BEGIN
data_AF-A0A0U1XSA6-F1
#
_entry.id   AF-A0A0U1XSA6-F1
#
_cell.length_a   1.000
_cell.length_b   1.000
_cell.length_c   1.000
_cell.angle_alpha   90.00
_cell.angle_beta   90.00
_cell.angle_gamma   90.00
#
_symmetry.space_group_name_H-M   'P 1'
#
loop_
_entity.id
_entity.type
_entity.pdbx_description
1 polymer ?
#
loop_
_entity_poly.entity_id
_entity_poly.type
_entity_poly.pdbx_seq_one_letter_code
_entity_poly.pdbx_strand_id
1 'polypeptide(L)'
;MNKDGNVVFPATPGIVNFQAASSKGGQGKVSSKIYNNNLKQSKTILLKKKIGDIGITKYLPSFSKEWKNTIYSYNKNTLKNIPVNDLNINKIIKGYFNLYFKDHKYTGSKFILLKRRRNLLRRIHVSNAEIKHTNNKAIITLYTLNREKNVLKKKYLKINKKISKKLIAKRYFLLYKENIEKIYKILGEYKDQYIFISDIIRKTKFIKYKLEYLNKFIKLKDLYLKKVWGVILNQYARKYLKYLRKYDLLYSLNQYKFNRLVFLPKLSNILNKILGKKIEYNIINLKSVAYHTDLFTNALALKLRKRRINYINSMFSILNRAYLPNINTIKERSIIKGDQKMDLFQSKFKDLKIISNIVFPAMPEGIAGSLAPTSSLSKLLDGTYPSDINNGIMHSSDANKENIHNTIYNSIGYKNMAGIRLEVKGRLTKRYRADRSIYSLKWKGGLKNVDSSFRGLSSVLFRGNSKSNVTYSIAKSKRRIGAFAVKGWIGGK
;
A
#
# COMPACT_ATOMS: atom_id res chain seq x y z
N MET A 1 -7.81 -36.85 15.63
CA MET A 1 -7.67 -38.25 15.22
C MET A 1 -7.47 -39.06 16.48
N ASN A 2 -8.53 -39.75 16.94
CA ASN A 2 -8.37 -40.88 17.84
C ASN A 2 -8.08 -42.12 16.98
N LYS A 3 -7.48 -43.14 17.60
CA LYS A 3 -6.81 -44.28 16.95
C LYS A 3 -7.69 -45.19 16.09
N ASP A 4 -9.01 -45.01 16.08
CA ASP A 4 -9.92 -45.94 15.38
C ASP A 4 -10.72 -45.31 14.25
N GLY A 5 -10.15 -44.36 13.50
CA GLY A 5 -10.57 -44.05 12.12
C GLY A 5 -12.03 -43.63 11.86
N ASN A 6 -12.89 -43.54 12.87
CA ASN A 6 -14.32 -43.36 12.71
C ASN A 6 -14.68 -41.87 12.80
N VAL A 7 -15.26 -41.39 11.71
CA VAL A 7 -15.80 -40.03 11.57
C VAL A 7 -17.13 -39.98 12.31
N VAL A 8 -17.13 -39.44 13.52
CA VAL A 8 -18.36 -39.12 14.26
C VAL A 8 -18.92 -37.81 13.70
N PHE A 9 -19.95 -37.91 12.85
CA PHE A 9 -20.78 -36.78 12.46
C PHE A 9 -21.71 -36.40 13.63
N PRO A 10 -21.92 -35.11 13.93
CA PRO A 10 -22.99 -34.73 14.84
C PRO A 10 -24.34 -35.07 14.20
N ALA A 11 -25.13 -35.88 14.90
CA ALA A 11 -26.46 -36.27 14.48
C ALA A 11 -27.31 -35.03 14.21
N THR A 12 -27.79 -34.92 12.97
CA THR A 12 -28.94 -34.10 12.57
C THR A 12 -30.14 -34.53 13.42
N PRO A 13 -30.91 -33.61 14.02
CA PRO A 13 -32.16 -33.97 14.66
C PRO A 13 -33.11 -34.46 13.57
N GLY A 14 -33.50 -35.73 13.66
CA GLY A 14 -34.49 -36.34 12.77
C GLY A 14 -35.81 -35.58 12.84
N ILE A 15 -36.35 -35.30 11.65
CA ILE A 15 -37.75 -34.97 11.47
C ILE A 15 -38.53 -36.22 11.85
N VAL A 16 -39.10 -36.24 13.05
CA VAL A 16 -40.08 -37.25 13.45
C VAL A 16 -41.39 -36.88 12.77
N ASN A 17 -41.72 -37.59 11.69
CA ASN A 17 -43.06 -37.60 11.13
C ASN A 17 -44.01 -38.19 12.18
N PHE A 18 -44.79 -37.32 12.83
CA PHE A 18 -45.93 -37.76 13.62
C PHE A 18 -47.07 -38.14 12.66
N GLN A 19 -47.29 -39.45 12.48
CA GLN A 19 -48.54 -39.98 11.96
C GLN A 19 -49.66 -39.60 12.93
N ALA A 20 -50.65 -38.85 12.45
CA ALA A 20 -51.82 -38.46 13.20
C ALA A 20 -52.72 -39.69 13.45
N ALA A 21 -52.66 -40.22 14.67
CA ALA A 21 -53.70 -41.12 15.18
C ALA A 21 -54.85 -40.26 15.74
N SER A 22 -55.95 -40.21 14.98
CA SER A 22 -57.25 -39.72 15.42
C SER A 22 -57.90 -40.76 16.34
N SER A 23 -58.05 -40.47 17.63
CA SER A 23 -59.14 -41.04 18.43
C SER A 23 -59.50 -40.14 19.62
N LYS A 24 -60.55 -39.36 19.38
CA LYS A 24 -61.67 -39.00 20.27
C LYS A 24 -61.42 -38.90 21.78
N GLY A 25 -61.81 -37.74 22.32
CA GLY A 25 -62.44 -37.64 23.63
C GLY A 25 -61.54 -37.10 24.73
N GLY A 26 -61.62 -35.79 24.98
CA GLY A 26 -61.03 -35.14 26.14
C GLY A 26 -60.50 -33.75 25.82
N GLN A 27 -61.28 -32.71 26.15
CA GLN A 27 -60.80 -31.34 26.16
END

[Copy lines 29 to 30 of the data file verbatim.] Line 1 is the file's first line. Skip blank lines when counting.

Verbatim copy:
#
# COMPACT_ATOMS: atom_id res chain seq x y z